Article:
Tag Archives: manly

You can Make an Ocean with Crochet

15 Mar

Not too long ago I came across the Sólás Caomh pattern by Jodi Euchner in an Interweave Crochet magazine. I became enthralled with crochet cabling. Most people think of knitting and the “scary” extra needle. But I had to learn how to do this wonderful new technique, but not in a baby blanket size, on a blanket that would fit a 6’1″ man – this had potential disaster written all over it. My knitting/crochet class was a little skeptical of my plan (they often are, but most times, it’s valid) but they still helped me tinker some pattern adjustments and the tricky new stitches.

The Manly Blanket

I decided to use a J hook (6 mm) and bulky weight yarn. I picked out a Clover “Soft Touch” crochet hook that’s an ergonomic design and a great price. Let me tell you, this saved me many a painful hour working with the hook. I never had to take a break or slow down because I was doing too much with my hands. It’s high enough up and has a flat neck where  you place your thumb and forefinger that makes working with it very comfortable. Mind you, this hook works best if you hold the hook like this:

Knife Holding Position

and not like this:

Underarmor position (my own misnomer)

My friend crochets the latter and had a hard time gripping the hook with the ergonomic chunky flat head. (Pictures courtesy of the Crochet World blog.)

Next, I used Ella Rae “Seasons” in color 19. It’s a bulky weight yarn that is “chainette”, which means that it’s not wrapped around itself, but is like an icord or crochet chain of yarn. I liked this style of yarn better, because I had ZERO splitting.

To make a blanket this size, I went up two yarn weights and two hook sizes larger than the pattern, then I added six stitches to the beginning and end of the pattern rows the whole duration of the blanket. This meant I casted on 135 stitches instead of 23 and added six more stitch repeats to the beginning of the row before doing the first cable set.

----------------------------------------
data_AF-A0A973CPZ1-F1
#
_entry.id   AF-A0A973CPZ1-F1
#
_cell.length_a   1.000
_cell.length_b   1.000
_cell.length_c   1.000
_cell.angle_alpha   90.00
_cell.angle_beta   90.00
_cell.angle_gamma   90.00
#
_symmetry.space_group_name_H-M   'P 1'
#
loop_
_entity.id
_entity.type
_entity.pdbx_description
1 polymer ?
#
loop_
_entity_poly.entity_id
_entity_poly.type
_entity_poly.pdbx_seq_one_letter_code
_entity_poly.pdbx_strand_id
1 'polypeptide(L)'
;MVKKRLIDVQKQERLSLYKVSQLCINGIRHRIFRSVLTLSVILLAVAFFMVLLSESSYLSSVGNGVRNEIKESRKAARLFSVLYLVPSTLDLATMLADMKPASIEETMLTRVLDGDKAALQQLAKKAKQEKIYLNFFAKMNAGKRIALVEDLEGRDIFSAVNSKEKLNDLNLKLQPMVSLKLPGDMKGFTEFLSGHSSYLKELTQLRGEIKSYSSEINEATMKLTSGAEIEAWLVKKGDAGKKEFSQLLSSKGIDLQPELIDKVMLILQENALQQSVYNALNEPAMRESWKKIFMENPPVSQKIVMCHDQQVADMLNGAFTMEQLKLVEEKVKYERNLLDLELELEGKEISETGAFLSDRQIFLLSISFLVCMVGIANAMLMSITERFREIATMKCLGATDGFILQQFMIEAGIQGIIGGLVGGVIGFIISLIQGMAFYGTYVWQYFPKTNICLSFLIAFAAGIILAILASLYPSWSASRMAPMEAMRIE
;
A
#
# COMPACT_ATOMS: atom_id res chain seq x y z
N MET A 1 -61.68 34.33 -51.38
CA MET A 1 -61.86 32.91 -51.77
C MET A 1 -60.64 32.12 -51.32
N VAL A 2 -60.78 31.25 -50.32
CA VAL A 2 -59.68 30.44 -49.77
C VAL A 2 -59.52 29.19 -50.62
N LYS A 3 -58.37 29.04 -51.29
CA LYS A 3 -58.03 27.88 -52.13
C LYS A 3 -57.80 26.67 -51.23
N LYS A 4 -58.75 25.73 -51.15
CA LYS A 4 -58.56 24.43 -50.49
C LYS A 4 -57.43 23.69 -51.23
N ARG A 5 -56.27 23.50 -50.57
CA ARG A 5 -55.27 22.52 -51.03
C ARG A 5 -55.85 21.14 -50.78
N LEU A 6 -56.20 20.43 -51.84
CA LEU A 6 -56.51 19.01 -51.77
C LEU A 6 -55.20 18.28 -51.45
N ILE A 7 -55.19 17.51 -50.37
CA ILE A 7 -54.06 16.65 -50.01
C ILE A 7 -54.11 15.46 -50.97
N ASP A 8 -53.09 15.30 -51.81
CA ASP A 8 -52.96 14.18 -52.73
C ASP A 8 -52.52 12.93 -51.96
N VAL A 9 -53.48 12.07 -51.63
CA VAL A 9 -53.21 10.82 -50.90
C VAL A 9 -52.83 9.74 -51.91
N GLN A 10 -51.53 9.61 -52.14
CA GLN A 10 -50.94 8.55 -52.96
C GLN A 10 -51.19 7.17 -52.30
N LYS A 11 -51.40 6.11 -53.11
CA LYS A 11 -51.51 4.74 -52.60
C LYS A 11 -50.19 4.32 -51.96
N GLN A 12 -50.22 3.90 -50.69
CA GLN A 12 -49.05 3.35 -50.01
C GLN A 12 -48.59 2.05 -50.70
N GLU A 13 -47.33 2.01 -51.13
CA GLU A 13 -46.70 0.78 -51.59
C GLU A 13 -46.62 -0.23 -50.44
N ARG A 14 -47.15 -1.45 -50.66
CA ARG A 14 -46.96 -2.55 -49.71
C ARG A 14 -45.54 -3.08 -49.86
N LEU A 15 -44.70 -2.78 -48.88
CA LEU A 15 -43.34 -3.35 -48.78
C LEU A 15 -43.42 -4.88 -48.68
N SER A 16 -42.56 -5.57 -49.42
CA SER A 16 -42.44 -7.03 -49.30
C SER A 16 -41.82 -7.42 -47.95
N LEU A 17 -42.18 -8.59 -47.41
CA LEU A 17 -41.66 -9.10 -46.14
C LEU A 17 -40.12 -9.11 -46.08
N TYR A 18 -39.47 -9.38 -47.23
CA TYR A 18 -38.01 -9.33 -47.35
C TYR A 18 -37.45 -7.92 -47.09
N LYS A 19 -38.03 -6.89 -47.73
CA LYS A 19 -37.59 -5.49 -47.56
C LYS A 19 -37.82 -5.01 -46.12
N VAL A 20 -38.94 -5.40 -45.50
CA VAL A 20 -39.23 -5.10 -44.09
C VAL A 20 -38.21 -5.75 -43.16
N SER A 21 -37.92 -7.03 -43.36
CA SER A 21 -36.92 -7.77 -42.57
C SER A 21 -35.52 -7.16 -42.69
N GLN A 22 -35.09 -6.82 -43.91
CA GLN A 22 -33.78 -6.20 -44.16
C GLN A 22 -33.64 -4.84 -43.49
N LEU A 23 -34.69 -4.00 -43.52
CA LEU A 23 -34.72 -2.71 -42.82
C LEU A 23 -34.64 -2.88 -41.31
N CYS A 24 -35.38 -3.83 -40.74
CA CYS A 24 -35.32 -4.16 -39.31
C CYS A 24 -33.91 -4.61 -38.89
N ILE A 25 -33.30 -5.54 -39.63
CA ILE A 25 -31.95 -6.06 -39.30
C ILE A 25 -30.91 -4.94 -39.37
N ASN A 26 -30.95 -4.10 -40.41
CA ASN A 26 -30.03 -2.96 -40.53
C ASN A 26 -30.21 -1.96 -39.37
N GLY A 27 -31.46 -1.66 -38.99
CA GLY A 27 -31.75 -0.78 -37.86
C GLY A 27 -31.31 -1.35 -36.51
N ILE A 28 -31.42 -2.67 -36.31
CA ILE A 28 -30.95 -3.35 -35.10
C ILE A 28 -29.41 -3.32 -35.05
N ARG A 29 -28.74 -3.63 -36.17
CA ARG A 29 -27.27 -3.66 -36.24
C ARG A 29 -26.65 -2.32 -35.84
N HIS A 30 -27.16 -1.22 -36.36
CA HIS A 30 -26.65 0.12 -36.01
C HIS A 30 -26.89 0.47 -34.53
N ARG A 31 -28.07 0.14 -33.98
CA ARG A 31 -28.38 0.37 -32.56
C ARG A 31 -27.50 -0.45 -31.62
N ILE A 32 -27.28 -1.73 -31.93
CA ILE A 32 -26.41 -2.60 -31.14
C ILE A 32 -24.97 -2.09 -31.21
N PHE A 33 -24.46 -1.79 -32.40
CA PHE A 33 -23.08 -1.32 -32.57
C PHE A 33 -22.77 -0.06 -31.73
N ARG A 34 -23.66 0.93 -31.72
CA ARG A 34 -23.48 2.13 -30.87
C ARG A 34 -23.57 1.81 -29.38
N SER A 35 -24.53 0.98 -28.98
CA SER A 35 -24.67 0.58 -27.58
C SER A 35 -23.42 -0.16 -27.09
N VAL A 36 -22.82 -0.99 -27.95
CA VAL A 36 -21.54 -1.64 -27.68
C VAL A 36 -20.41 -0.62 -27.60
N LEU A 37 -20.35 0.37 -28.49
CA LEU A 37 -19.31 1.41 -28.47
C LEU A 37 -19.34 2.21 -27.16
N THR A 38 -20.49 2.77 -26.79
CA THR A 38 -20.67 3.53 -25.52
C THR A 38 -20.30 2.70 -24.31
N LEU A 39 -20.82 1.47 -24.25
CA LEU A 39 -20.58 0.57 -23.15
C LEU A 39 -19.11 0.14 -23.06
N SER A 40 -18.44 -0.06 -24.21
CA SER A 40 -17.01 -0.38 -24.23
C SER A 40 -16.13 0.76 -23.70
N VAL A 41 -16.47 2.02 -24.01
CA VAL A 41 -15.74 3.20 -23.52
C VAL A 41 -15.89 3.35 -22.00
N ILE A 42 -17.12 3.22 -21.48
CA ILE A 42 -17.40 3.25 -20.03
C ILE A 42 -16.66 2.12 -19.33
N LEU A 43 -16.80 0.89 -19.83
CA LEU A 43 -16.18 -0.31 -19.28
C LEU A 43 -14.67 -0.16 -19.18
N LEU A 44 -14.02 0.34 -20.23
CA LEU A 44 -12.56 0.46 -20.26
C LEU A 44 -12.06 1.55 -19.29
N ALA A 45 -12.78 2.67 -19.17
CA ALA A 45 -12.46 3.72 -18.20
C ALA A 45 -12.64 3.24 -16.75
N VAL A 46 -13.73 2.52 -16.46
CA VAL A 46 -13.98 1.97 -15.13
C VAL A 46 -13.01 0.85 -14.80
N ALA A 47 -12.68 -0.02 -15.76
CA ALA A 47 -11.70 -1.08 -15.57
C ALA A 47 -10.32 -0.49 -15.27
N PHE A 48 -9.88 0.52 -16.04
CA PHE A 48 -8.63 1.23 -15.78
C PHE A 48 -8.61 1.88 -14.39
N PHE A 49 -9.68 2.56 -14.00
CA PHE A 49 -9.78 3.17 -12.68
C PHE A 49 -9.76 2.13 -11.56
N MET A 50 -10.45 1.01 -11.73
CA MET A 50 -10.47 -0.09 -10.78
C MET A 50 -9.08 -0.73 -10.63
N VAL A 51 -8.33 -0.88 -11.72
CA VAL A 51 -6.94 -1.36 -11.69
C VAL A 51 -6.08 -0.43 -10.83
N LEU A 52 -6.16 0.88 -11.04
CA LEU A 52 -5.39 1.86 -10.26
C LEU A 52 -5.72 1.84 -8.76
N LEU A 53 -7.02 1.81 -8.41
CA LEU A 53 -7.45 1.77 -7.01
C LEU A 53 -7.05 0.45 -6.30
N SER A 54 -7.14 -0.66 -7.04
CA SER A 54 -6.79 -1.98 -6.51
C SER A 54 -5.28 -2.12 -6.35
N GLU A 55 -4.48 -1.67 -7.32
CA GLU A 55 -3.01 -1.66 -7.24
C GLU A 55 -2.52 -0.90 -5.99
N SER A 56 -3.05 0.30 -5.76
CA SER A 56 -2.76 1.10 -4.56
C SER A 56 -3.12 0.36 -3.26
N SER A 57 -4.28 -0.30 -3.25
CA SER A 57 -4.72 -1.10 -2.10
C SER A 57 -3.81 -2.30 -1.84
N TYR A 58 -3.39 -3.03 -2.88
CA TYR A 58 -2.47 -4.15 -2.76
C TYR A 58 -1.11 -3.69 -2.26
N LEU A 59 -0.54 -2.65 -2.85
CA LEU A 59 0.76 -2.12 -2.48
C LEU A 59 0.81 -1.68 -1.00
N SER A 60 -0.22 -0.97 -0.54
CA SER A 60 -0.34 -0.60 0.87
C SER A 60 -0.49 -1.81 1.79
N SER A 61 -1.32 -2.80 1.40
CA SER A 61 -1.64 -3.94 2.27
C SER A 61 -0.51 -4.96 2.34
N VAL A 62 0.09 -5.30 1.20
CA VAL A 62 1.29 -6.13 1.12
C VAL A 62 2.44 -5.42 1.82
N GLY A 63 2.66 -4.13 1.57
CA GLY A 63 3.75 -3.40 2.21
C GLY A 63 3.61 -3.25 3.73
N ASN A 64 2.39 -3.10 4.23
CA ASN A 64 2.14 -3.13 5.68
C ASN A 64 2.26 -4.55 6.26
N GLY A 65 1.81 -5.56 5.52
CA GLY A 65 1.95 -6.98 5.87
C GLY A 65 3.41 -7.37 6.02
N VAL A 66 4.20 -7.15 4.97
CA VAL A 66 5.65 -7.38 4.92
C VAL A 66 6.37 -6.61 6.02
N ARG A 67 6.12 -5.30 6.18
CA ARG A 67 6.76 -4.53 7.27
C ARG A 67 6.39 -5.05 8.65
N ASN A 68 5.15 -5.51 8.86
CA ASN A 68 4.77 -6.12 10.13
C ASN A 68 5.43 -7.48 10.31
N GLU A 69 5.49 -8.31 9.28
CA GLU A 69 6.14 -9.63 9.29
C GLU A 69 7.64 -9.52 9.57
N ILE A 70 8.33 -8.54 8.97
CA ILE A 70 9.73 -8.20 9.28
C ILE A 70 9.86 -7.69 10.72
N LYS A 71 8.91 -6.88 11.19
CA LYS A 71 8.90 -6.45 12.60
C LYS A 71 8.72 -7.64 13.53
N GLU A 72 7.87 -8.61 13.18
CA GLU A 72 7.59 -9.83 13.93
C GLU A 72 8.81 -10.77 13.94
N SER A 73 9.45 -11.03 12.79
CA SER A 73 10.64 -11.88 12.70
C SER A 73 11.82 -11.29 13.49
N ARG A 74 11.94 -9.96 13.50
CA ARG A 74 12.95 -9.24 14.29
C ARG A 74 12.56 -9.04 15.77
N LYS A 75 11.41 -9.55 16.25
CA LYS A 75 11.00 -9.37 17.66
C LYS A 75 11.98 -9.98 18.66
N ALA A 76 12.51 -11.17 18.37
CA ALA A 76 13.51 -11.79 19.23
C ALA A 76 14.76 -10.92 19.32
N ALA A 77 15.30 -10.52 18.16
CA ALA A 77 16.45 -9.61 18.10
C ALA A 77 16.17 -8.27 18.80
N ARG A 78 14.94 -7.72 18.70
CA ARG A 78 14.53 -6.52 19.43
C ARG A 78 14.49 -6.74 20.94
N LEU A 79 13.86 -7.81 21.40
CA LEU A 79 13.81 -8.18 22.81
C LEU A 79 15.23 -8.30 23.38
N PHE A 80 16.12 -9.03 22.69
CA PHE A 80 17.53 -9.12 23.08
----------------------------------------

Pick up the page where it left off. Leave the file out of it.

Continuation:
There are three separate cable types in this pattern and each is a little different. For help understanding how to do a Front Post or Back Post click on the links to understand how it works. Even if you know how to do these stitches, check out the videos anyway, because it’s a dude doing the videos. He has these big beefy hands and you sit there wondering, “This is a work of counter-nature.”

The part that is the hardest to understand in the pattern is FPdc or FPtr behind the stitches you worked, but it’s not a BPdc or BPtr. What this is trying to tell you (but hard to visualize), is you will be working the stitches as a FP, behind the stitches you just worked, but still in FRONT of the body of the project. Crochetme has a blog post all to help you out with this pattern.

To complete the edging I did the first two rows in the same color as the blanket and only used white for the last and final row. I liked the look of it better and called the white accent my “sea foam” to the ocean colored blanket.

Back to work on my knitted sock – don’t judge that I’m not crocheting!
-Stacy C.

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Post-Christmas Handmade Gifts Review

15 Jan

Hello everyone,

I know I’ve been pretty quiet, but if you had been crazy, like me, you would have been super busy last month trying to race to the finish line for Christmas gifts. I ended up making five presents and only two of them were “small”. Let’s take a look at my creativity gallery, shall we?

For my mother I made this beautiful shawl using the Color Obsession pattern everyone was gaga over. (I do have some tips for this one in my project notes). After having the edging snap apart while blocking, I was able to come up with a fix and part of that was to add a crochet boarder with the same color as the base color.

The finished, fixed product

Another angle

For my father, I made a pair of socks using Solemate. I was really happy with this yarn because I tried one of them on to make sure the claims of the Outlast thread worked (I washed the socks, of course). My results left me satisfied and my dad said they kept his feet very warm. I used an adjusted pattern called “Treads” from the “Son of Stitch ‘N Bitch” book.

Snazzy socks

For a friend of mine, I made an extremely modified version of the “Sólás Caomh” baby blanket into a gigantic 6’x4.5′ blanket. It took a lot of yarn, but I was able to rock that thing like nobody’s business. I’m extremely proud of this thing and all of the crochet cable-ing I learned! Because of all the awesomeness I accomplished and modified with this pattern, I shall have to write up a review in the future.

The beautiful Irish sea!

For my brother, I made him two different hats. The first is one that I (mostly) made the year before – but I had to finish it to give it as a gift, so it counts! I modified the “Wise Old Owl Hat” pattern to have only one owl – you know, the strong, silent type.

Manly hoot

The other one I made for him was a hat from the pattern “Berruti“. This was the second time I made the hat and I think my eyes were getting cross because I made a lot of unnecessary mistakes on a cool, but easy pattern.

Ziggy Zag

I made notes and mods on all of these projects I’ve stored on my Ravelry notebook. I hope you take joy looking at my Christmas presents as I did giving them.

Back to my Radiance shawlette,
-Stacy C.

 

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